As mentioned earlier, there are multiple qualifications that distinguish a single-malt scotch. They must be made from only one type of malted barley, distilled in copper stills, and produced entirely at one single distillery. Single-malt scotches are widely considered to be the most high-end version of the spirit. However, Glenmorangie Original 10-Year remains a very affordable, reliable option at an average of $41.

This scotch is sure to dispel any preconceived notions of scotch being a harsh, brawny spirit that shoos away delicate, inexperienced palates. The Highland category of scotch is very diverse, as it is the largest region, but while not all Highland scotch tastes the same, these whiskies are generally fruitier and more elegant. Glenmorangie Original 10-Year is a perfect example of this, as its bright character is ripe with notes of honey, citrus, and vanilla from the bourbon cask maturation. It is a well-rounded whisky that is not only a gentle introduction to single-malt and Highland scotch but also one that will help you start to recognize certain flavor notes and characteristics to keep in mind going forward.

Aberfeldy 12-Year

Aberfeldy 12-Year is another Highland scotch whisky that provides many different flavor notes and a depth of character in a very simple way. This scotch is a great example of what is possible by doing simple things really well.

Aberfeldy makes its scotch whiskies at its distillery in the Central Highlands and has access to its very own water source. It also ferments its mash longer than other distillers, which intensifies its flavor. Aberfeldy's 12-year-old expression spends its maturation in ex-sherry, ex-bourbon, refill, and re-char casks, the combination of which makes for a whisky bountiful and robust in flavor and silky smooth in every sip. The act of charring aging barrels is done to open up the fibers of the wood so the whisky can penetrate it more deeply, therefore taking on more of its character. Another reason is to impart an extra laid of the flavor of charred goodness.

This is especially effective and present in the Aberfeldy 12-Year. This whisky has everything you love about a classic Highland single-malt, only more potent. The deep honey sweetness, vibrant citrus notes, and well-rounded malt are all supported and elongated by a subtle smokiness from the re-charred casks. A bottle of Aberfeldy-12 Year costs an average of just $44, so if you are ready or curious about Highland single-malts, one of this age, complexity, and price point is a no-brainer.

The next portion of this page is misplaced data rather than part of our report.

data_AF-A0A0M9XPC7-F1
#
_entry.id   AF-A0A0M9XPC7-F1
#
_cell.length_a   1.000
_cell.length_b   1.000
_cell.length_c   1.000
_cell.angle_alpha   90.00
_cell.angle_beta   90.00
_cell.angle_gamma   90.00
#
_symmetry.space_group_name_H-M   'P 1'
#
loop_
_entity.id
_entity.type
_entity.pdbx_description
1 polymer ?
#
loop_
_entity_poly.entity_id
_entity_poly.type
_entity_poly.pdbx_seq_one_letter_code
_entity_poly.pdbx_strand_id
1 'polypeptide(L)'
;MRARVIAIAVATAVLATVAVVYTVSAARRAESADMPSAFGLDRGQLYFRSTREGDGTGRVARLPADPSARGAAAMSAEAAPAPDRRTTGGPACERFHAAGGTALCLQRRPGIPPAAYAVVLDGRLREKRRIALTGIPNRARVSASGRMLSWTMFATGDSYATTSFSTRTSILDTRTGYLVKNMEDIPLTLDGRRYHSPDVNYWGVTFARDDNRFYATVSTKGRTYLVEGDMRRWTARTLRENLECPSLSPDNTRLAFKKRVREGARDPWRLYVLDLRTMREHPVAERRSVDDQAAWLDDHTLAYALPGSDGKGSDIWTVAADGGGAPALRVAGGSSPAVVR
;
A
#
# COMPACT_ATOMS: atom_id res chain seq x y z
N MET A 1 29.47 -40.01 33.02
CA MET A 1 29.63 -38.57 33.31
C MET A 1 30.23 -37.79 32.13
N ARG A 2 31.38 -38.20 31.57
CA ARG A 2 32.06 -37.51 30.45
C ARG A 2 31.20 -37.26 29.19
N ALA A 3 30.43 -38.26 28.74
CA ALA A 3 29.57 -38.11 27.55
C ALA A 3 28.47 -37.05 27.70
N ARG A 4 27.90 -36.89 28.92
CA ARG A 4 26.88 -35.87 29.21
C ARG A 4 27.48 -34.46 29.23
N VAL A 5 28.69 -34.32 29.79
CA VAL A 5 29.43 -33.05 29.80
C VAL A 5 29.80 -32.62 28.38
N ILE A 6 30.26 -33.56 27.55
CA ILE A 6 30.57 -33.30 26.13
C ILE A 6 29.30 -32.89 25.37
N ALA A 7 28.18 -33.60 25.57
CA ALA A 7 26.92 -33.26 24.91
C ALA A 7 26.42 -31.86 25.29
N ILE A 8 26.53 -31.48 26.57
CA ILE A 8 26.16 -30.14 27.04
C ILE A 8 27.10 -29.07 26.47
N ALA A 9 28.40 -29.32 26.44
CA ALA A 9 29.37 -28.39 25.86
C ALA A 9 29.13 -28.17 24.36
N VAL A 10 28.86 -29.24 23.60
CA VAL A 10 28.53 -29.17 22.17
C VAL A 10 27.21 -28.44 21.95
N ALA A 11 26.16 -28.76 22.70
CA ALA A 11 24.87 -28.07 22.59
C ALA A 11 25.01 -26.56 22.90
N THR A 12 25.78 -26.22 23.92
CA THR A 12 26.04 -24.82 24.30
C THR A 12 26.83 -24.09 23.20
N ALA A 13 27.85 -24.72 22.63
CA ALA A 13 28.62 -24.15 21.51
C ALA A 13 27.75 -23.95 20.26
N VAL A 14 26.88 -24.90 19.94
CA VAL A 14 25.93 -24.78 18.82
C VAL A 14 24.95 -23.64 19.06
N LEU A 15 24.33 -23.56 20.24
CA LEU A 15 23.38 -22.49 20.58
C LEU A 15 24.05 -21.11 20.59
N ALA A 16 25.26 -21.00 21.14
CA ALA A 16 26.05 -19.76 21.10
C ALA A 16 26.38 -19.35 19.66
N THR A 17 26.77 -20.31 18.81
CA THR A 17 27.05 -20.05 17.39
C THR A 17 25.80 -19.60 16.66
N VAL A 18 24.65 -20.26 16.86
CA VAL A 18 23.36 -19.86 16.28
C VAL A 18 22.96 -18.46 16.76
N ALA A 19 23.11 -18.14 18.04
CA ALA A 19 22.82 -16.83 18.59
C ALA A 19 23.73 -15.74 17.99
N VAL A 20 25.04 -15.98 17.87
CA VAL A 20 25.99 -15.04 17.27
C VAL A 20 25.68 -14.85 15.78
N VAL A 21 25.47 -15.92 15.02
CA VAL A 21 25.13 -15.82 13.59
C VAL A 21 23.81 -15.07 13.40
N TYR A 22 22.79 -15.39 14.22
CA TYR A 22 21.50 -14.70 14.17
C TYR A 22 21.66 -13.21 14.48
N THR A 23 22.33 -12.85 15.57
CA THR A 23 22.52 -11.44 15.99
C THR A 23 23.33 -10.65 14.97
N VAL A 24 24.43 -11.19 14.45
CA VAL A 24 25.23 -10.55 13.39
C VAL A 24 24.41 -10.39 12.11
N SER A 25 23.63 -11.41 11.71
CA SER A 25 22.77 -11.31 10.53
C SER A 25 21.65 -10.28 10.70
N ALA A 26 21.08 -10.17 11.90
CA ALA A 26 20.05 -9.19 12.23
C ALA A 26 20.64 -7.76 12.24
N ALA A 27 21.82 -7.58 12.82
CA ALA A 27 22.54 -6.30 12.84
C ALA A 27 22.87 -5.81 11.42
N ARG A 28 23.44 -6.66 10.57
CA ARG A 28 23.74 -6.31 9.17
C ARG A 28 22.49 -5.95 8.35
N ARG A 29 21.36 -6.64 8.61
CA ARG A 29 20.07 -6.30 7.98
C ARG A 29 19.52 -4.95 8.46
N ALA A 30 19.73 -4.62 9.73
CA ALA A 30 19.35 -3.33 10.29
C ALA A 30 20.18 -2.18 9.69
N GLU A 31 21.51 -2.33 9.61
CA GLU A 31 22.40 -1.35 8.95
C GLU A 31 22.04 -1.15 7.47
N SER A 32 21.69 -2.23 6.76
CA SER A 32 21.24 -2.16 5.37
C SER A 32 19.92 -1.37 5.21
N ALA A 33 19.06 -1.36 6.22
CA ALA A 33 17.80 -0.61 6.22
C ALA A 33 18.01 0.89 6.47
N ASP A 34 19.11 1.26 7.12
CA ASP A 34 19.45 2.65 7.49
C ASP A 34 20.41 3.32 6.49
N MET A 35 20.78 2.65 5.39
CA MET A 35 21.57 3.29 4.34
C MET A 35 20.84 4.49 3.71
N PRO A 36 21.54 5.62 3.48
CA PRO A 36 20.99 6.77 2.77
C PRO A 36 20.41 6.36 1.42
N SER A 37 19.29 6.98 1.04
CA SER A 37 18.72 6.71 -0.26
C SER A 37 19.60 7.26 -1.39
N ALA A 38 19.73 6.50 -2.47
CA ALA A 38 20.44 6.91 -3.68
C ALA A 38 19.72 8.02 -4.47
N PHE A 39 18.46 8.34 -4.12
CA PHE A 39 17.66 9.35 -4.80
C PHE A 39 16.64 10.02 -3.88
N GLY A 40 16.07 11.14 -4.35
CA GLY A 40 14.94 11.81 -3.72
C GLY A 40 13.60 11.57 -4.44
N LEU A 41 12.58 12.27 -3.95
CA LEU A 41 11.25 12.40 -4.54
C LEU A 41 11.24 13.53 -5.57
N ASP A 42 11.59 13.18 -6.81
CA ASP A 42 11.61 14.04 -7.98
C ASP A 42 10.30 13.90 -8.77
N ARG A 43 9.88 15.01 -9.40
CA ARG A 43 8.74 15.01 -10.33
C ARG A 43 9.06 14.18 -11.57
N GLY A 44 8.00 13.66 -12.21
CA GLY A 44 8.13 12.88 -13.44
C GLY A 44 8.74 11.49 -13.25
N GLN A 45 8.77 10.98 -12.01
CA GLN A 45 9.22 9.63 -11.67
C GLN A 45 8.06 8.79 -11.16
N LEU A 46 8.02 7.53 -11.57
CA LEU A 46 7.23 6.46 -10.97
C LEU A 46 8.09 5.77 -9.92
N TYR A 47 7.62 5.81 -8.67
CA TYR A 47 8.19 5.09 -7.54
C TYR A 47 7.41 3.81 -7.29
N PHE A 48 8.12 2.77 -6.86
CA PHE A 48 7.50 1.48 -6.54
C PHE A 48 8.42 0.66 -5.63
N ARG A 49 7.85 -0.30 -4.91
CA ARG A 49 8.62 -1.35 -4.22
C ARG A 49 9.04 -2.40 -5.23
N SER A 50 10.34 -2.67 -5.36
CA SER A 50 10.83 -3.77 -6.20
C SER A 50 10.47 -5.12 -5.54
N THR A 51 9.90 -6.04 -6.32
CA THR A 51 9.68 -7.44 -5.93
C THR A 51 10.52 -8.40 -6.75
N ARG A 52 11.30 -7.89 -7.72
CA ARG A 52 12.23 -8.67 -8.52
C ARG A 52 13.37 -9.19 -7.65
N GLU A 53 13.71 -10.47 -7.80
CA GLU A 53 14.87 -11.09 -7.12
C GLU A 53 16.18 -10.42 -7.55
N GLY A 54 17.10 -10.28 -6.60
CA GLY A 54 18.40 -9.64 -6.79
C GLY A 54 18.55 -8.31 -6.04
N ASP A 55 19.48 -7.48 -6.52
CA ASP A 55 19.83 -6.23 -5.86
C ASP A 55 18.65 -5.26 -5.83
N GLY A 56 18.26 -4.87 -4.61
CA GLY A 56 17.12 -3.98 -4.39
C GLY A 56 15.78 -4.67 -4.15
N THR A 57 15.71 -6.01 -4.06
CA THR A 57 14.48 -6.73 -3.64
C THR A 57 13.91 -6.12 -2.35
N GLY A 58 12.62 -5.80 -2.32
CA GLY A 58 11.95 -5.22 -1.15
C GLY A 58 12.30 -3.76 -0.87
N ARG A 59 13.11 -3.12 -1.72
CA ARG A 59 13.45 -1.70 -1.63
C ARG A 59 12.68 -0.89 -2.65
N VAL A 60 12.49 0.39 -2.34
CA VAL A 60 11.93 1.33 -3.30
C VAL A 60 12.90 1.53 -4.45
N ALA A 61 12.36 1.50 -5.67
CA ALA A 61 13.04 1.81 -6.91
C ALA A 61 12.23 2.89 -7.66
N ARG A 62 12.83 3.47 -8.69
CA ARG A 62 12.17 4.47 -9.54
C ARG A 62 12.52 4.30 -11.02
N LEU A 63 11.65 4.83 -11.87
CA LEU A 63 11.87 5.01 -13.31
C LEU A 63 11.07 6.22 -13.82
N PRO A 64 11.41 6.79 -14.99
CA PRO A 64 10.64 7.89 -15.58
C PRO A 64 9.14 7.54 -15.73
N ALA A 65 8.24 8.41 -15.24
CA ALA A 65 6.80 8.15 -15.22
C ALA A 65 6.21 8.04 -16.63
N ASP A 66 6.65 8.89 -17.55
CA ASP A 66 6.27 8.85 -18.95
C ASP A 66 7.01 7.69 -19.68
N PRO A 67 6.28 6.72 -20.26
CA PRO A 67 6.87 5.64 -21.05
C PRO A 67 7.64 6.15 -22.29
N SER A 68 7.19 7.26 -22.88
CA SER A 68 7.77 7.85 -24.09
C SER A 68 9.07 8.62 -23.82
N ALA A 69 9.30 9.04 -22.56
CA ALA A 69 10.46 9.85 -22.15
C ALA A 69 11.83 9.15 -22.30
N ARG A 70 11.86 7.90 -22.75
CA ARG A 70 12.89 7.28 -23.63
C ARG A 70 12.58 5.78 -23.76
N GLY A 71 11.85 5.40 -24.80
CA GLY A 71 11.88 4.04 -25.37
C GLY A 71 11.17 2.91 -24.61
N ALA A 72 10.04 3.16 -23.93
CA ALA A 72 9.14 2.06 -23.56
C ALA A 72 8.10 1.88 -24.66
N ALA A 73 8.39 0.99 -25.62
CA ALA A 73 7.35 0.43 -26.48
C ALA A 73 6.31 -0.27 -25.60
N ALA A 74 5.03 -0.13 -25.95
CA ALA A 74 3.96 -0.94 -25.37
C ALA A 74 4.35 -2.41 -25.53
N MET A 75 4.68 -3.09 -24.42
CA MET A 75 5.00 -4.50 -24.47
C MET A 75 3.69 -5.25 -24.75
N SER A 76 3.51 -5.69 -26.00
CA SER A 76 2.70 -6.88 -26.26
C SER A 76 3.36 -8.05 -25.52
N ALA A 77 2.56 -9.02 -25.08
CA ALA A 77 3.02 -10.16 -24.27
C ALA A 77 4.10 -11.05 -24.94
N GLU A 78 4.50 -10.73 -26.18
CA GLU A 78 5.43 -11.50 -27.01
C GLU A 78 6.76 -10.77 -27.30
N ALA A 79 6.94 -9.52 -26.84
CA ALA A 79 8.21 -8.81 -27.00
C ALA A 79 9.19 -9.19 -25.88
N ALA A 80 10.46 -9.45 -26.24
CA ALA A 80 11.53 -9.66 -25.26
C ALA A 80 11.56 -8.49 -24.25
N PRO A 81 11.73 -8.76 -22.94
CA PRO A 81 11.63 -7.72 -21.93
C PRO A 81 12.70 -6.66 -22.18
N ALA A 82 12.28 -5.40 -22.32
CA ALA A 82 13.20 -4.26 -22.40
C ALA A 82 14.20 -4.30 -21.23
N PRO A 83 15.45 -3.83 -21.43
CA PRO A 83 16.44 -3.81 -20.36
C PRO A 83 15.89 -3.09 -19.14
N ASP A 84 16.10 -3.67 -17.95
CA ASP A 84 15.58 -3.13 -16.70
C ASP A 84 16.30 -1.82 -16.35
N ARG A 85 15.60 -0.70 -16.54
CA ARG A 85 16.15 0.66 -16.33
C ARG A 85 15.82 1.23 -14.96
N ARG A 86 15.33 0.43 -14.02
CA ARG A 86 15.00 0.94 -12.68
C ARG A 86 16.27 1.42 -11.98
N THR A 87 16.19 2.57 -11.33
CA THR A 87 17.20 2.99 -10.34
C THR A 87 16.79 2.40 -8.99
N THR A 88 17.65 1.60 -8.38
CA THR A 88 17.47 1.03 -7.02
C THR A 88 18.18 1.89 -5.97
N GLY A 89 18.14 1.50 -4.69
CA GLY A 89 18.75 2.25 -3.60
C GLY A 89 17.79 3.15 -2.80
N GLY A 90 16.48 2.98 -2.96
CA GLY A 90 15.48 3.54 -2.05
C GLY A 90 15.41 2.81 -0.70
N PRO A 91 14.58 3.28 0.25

Glenfiddich 12-Year

Being apprehensive about committing to a whole bottle of scotch is understandable. Putting down the money for something you may or may not like is not always the wisest decision, but if you want to taste the most fundamental, straightforward Highland single-malt scotches, you should be looking for Glenfiddich 12-Year.

The distillery dates all the way back to the 1880s and was built by hand by its founder. Since then, its flagship bottle, Glenfiddich 12-Year has become the world's best-selling single-malt scotch, as of 2017, per Scotch Whisky. The accomplishment is more than justifiable, as the craft that goes into Glenfiddich 12-Year makes it no gimmick. This whiskey is made using a water source that is private to the distillery, the same exact water that it has used for over a century. The scotch is aged in traditional oak that embellishes that iconic Highland profile for a whisky that is bold and rounded but still soft, malty, and warm.

A bottle of Glenfiddich 12-Year can be purchased for an average price of $47, so if you are eager to jump right into the classics, there may be no better place to start than with this bottle. Glenfiddich 12-Year has sustained as a leader in its class for decades as a straightforward expression of what a well-aged, Highland single-malt is supposed to be, and just one sip will prove it right.

Laphroaig 10-Year

For this next scotch, we move to the Islay region. This may be the smallest, but it definitely packs the biggest punch. Islay scotches are known for their peat, a term attributable to whiskies of other regions, but most common in Islay.

Peated scotches are made by cutting peat, which is essentially bog, from peat beds, drying it out, and then burning it underneath the mash. This infuses its flavor and aromas into the mash above, which is what makes peated scotch taste smoky, earthy, briny, and peaty, depending on the character of the peat itself. Peat is admittedly a polarizing quality in scotch, so it may not the best choice for your first sip. However, once you develop a taste for the spirit, peated scotch is a must-try, and there is none more classic than Laphroaig 10-Year.

Laphroaig has been distilling its iconic scotch since 1815 and has since been one of the most iconic distilleries from the isle of Islay. Laphroaig 10-year is its flagship bottle, and this scotch is the epitome of one that will "put some hair on your chest." Its peat is robust and rich with smoke, brine, and even medicinal flavor notes. Again, it may not be the best first sip of scotch, but in the realm of Islay and peated whisky, Laphroaig 10-Year is the most fundamental. This scotch is also one of the more affordable Islay scotches on the market, costing an average of $58.

Talisker 10-Year

If an intensely peaty scotch is not something you think you would like, a more subtle and approachable expression of the style is Talisker 10-Year. The Talisker distillery is located on the Isle of Skye, which is technically part of the Highland region, but its location makes for a very unique and complex scotch whisky. Plus, at an average price of $62, it is on the more affordable side in its category (if you haven't caught on by now, scotch can get pretty pricey).